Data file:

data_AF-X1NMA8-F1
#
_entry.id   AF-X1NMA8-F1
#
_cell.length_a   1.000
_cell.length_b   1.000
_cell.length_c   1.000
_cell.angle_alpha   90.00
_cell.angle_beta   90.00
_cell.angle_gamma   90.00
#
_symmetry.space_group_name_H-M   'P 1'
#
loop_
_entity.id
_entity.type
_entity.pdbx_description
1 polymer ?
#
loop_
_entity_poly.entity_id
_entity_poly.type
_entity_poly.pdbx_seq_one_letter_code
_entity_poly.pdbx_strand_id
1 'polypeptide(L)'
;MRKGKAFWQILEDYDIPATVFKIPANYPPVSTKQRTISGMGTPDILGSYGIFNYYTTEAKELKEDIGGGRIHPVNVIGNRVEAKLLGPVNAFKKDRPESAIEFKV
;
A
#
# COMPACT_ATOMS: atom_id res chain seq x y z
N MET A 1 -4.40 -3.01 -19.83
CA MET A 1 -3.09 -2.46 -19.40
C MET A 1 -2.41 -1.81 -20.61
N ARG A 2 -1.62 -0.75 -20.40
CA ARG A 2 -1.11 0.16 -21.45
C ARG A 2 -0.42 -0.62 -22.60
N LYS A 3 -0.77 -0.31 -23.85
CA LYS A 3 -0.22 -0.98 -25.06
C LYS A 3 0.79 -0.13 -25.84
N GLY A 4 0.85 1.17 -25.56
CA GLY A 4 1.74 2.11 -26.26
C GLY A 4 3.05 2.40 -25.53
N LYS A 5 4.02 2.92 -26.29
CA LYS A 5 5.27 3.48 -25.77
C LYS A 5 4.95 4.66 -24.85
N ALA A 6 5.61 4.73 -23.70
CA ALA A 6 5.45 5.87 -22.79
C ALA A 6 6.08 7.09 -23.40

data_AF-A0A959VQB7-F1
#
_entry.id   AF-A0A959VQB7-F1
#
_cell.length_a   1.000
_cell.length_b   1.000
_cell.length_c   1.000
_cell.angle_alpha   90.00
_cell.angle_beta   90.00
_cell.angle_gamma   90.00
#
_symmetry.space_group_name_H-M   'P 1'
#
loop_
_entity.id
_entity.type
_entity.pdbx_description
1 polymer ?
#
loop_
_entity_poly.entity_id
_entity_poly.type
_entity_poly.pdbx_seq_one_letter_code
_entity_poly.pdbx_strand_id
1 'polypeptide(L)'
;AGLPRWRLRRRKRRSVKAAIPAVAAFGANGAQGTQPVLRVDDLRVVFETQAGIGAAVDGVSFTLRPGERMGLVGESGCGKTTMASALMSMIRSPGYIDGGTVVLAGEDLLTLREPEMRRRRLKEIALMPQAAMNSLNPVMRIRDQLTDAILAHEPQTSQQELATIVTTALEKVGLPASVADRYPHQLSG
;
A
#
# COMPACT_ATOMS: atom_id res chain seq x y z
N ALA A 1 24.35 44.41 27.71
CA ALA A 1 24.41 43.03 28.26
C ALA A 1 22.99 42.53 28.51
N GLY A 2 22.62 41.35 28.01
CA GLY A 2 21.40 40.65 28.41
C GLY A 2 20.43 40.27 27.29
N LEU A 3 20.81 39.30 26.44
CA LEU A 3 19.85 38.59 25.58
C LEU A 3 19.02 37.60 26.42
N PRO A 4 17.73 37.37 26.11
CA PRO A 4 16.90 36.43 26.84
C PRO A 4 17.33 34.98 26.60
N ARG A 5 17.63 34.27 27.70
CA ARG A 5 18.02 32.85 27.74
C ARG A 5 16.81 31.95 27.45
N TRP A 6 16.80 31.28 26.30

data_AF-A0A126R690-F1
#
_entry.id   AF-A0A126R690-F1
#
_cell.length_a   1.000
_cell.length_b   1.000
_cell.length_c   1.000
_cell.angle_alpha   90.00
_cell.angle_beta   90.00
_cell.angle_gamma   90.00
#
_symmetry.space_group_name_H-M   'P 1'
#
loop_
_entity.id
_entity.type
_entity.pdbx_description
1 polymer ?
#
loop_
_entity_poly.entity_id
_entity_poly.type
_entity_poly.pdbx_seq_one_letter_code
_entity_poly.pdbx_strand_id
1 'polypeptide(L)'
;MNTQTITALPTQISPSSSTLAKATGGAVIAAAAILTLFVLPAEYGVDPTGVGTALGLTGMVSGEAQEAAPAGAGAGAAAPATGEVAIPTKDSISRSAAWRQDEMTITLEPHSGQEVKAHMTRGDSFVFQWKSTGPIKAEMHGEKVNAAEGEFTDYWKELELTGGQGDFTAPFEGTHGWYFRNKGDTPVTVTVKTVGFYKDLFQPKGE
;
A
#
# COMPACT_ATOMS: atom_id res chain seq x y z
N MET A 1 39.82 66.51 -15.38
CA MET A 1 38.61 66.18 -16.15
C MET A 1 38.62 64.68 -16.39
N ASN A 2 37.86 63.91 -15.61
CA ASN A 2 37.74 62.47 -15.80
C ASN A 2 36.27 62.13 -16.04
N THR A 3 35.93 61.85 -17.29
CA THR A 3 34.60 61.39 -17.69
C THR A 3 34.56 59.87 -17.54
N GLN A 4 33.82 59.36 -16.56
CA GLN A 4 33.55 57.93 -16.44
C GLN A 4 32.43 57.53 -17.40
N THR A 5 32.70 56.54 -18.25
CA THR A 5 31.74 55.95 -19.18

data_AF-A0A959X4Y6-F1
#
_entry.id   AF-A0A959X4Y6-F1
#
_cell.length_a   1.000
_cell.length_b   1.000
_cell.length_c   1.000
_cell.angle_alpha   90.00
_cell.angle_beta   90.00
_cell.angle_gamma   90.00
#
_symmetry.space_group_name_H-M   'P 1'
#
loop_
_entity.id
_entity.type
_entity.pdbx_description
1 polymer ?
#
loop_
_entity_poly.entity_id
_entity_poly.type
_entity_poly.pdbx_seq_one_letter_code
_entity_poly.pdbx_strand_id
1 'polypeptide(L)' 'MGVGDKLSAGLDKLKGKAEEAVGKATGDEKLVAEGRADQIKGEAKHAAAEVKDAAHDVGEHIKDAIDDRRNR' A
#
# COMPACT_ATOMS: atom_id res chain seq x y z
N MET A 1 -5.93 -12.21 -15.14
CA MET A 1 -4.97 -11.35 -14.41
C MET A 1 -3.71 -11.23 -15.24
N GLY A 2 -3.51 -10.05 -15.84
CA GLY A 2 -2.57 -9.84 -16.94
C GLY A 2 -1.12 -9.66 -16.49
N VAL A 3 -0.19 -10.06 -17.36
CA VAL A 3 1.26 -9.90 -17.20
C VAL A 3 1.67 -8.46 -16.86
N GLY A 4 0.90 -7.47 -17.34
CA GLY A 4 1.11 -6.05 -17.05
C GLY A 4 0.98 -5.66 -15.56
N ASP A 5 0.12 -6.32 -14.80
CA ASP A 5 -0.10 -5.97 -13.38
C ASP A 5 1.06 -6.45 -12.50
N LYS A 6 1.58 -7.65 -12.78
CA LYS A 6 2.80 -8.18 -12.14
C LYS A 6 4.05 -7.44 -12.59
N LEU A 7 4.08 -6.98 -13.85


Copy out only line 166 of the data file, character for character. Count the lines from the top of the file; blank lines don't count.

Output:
N MET A 1 -5.93 -12.21 -15.14